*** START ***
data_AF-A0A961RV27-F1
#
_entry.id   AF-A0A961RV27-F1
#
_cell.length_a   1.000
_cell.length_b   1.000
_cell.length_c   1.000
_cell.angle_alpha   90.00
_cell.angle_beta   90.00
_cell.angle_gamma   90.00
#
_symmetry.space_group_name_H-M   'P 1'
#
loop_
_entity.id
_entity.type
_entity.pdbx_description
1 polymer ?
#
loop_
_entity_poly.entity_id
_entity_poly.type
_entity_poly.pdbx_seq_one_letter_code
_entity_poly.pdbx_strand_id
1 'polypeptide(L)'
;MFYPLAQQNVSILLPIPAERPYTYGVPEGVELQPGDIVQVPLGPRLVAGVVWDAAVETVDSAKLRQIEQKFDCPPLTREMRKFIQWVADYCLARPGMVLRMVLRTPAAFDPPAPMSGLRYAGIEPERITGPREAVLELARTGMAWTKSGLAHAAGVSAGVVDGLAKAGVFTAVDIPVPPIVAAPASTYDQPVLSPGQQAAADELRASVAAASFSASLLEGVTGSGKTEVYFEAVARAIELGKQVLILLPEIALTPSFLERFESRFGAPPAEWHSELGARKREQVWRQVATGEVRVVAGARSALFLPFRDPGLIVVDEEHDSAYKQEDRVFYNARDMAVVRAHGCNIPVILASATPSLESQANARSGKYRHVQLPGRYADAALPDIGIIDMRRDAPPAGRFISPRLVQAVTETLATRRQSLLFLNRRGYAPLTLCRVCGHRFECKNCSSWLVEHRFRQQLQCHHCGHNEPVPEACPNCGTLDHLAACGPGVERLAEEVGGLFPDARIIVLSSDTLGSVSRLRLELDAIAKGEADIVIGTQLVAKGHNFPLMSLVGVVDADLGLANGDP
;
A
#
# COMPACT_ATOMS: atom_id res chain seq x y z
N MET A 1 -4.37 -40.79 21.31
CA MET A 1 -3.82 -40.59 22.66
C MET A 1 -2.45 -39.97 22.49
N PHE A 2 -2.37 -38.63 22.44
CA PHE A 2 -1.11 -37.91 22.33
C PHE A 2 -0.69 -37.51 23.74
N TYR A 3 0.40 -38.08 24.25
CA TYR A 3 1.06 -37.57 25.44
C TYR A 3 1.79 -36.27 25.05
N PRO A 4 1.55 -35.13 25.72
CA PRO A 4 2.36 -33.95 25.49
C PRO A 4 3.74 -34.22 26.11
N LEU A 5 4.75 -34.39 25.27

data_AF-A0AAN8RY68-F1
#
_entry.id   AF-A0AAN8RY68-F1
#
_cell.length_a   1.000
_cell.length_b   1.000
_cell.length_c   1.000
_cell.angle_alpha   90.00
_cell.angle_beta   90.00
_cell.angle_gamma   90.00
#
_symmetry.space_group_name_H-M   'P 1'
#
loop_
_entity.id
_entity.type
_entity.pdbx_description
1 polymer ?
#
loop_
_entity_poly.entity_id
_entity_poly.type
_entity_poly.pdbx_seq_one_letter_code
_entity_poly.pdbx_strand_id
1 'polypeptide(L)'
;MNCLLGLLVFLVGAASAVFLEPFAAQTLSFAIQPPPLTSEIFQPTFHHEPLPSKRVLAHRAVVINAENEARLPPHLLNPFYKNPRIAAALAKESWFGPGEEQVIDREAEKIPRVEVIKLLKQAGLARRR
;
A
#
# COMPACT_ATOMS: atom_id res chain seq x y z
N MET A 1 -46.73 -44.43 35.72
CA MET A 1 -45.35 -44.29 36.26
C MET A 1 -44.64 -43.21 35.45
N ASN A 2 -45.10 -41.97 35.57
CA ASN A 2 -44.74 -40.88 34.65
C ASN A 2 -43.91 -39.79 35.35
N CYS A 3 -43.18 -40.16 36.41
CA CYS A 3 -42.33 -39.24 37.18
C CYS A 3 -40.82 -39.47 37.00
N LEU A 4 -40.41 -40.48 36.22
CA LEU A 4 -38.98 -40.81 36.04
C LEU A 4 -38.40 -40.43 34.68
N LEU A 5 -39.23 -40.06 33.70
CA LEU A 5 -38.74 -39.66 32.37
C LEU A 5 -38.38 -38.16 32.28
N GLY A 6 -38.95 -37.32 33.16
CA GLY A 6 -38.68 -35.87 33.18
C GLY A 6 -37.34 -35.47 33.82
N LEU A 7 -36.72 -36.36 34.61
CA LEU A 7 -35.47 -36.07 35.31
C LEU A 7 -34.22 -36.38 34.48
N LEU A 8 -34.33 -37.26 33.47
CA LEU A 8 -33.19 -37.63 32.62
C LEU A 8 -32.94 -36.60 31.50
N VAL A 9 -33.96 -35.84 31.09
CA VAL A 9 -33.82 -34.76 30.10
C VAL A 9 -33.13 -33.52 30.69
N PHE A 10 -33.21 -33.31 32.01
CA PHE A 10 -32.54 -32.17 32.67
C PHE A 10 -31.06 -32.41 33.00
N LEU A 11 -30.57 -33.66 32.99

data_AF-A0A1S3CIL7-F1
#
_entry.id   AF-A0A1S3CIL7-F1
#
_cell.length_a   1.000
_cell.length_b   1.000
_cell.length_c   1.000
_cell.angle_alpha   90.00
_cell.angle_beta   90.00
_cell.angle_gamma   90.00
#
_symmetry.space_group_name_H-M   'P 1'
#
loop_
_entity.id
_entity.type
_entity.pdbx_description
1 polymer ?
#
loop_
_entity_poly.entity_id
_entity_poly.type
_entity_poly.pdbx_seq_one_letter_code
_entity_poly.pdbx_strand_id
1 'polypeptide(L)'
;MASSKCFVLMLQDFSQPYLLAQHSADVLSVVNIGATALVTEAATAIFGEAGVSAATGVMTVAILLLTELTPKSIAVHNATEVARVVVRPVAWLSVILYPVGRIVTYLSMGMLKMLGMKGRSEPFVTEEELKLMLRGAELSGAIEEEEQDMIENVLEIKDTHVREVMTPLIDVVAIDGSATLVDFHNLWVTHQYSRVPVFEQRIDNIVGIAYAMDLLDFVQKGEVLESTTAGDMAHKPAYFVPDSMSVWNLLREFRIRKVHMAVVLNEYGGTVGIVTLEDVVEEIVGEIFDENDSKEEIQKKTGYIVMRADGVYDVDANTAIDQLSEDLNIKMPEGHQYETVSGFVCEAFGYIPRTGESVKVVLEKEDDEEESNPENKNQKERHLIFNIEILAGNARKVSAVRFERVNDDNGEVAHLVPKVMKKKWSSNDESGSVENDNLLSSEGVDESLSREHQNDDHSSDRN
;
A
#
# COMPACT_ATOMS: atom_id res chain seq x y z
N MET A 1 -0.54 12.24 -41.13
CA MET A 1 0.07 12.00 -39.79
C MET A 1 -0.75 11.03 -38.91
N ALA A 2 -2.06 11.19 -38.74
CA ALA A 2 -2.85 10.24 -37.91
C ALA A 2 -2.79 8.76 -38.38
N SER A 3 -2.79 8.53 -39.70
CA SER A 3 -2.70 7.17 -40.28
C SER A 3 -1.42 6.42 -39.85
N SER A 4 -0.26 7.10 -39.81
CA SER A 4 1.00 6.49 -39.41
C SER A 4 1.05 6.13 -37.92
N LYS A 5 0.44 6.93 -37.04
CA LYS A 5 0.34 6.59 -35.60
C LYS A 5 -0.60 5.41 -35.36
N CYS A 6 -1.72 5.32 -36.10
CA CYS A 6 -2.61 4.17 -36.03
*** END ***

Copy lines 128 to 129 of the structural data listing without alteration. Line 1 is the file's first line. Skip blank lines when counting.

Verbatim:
_entity_poly.pdbx_strand_id
1 'polypeptide(L)'